Neuropathies related to monoclonal gammopathies (paraproteinemias)

Monoclonal gammopathies are a heterogeneous group of lymphoproliferative disorders characterised by overproduction and deposition of paraproteins (light chains, immunoglobulins). Monoclonal gammopathies include monoclonal gammopathy of unknown significance (MGUS), multiple myeloma, amyloidosis, Waldenström macroglobulinemia, and CANOMAD, polyneuropathy, organomegaly, endocrinopathy, monoclonal protein, and skin changes (POEMS) syndrome [13]. Neuropathy is a common manifestation in monoclonal gammopathies and attributed to a cross-reaction of the paraprotein with neural antigens, deposition of paraproteins in nerve or myelin, or due to a neurotoxic effect of the paraprotein [13]. Other pathomechanisms include vasculitis due to cryoglobulinemia or infiltration of the neve roots by a lymphoma. Neuropathy is particularly common in IgM-MGUS, multiple myeloma, and amyloidosis. More rarely, neuropathy develops in the remaining four types.

Waldenström’s macroglobulinemia: Waldenström’s macroglobulinemia is a rare subtype of B-cell lymphoma with elevated monoclonal IgM and clinically characterised by hyperviscosity syndrome, swelling of lymph nodes, cold agglutinine disease, anemia, thrombocytopenia, elevated IgM, amyloidosis, splenomegaly, Bing-Neel syndrome (infiltration of the CNS with malignant B-lymphocytes), and neuropathy [54]. Neuropathy in Waldenström’s macroglobulinemia occurs in one fifth to one third of the patients [54]. Neuropathy is usually a chronic, progressive, symmetric, predominantly distal PNP [55]. NCSs show demyelinating features. Anti-MAG antibodies are elevated in about 50% of cases. Treatment relies on rituximab in combination with cyclophosphamide, hydroxy-doxorubicin, vincristine, and prednisone (R-, therapy) [54]. Treatment with drugs that induce toxic neuropathy such as vincristine, should be avoided. R-CHOP therapy is recommended but the use of vincristine may worsen neuropathy. Treatment should be discussed with hematologists in terms of risk benefit.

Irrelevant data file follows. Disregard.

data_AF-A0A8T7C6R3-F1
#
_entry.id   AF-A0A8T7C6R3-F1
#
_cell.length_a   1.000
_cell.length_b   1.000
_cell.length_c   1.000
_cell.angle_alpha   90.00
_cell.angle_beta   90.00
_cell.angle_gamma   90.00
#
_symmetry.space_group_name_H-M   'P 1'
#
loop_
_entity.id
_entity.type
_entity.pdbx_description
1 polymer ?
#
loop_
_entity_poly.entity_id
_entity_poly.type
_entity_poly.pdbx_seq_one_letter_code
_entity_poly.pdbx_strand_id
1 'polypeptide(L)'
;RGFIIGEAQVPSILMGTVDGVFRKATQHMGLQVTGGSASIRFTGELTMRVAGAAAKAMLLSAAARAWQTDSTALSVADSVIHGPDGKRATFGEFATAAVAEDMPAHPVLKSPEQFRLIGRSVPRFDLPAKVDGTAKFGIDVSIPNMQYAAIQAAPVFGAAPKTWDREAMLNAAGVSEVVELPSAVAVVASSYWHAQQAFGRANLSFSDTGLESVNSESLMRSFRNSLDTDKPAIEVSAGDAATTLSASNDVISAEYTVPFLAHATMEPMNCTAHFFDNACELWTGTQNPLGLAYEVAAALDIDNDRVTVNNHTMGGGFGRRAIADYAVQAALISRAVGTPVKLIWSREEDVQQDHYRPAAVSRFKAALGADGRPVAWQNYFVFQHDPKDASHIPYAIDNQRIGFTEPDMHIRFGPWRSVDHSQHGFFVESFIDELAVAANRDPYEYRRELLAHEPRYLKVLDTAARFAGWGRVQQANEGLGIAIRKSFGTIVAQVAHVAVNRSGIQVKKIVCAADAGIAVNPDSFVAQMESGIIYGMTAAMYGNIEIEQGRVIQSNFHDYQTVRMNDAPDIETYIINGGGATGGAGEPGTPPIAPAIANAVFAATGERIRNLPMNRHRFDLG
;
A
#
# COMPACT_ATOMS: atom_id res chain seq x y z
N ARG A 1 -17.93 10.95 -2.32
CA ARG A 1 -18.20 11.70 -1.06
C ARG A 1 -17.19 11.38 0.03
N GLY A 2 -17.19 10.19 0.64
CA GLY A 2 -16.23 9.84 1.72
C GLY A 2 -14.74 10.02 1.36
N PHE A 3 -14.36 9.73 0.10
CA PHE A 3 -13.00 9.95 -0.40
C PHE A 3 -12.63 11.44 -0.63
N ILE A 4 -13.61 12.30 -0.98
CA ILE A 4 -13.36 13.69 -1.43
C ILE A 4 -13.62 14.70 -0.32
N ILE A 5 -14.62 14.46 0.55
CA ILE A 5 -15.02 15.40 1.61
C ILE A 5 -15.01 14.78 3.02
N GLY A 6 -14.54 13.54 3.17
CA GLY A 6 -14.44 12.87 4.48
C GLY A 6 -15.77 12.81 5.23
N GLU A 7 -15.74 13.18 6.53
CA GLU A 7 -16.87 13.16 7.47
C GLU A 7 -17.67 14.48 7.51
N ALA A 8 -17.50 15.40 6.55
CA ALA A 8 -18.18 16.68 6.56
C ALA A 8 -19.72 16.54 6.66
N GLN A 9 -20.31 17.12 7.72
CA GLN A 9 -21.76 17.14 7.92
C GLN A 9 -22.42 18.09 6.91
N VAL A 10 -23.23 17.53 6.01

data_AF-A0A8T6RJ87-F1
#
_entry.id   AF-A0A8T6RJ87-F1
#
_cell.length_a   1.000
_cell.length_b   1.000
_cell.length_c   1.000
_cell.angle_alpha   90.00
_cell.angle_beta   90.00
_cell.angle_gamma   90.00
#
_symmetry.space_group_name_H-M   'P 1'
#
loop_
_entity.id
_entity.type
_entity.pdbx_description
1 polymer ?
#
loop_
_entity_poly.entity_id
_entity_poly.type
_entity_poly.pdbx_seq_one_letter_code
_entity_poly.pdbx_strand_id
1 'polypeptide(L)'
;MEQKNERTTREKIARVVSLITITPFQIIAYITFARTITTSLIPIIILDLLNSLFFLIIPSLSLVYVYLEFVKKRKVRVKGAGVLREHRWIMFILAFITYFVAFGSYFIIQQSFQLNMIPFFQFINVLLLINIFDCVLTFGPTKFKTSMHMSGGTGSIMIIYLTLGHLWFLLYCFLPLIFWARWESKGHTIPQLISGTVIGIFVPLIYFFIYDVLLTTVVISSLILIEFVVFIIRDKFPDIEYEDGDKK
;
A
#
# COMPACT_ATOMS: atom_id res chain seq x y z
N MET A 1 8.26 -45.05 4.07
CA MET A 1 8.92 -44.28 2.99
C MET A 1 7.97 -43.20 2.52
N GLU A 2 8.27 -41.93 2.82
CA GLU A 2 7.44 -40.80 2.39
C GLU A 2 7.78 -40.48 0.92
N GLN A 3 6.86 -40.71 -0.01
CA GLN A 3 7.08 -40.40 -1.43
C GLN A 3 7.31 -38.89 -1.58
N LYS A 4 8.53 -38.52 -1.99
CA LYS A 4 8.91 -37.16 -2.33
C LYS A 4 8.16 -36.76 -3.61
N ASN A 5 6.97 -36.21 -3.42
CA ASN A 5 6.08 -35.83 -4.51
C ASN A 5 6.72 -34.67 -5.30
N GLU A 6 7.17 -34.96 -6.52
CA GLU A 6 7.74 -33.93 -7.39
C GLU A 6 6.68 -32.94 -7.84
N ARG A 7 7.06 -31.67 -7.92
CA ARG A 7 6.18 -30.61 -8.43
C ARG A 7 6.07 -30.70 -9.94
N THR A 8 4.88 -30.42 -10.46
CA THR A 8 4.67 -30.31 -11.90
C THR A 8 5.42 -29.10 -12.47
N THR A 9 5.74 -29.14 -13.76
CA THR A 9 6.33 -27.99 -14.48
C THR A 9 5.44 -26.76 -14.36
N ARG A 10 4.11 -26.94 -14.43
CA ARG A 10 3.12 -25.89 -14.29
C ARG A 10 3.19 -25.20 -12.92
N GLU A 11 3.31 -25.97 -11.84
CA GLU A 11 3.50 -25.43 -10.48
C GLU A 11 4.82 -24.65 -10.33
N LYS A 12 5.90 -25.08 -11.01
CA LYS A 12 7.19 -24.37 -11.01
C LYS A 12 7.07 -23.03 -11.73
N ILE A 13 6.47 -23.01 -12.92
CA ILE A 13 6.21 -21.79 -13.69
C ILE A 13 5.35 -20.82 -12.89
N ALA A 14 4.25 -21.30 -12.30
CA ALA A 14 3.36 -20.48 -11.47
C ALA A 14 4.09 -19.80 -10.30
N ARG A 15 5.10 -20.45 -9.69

POEMS syndrome: POEMS syndrome is a rare paraneoplastic (lymphoma, Castleman syndrome, myeloma, plasmocytoma) condition, characterised by PNP, organomegaly due to elevation of serum vascular endothelial growth factor (VEGF), endocrinopathy, M-gradient λ-light chains derived from the germlines IGLV1–40 and IGLV1–44, extravascular volume overload, and skin changes [56]. Two thirds experience clonal plasma cell bone marrow infiltration and one third develops a plasmocytoma. Neuropathy in POEMS syndrome is severe, distal, sensory-motor, and predominantly of the demyelinating type [57]. Treatment is directed towards targeting monoclonal plasma cells with thalidomide or autologous stem cell transplantation (ASCT) [56]. Additionally, melphalan and dexamethason or lenalidomide and dexamethasone can be beneficial. If myeloma is of the osteosclerotic type radiation therapy can be beneficial. Whether these types of treatment are also effective for neuropathy is unknown but conceivable.

CANOMAD: CANOMAD is an ultra-rare paraproteinemia, clinically manifesting with chronic ataxic neuropathy and ophthalmoparesis leading to gait disturbance. In some patients cranial nerves may be additionally affected [58]. NCSs may show a mixed axonal/demyelinating pattern, pure axonal lesions, or rarely pure demyelinating lesions [59]. Ultrasound may show nerve enlargement patterns as in acquired demyelination [59]. Antibodies against GD1b and other disialosyl anti-ganglioside antibodies can be elevated [52]. Cold agglutinins may be positive. Patients with CANOMAD may respond favourably to intravenous immunoglobulins [60] or rituximab [61]. Autopsy in these patients may reveal dorsal column atrophy and dorsal root ganglionopathy, and infiltration of clonal B-lymphocytes within the endoneurium, perineurium, and leptomeninges [62].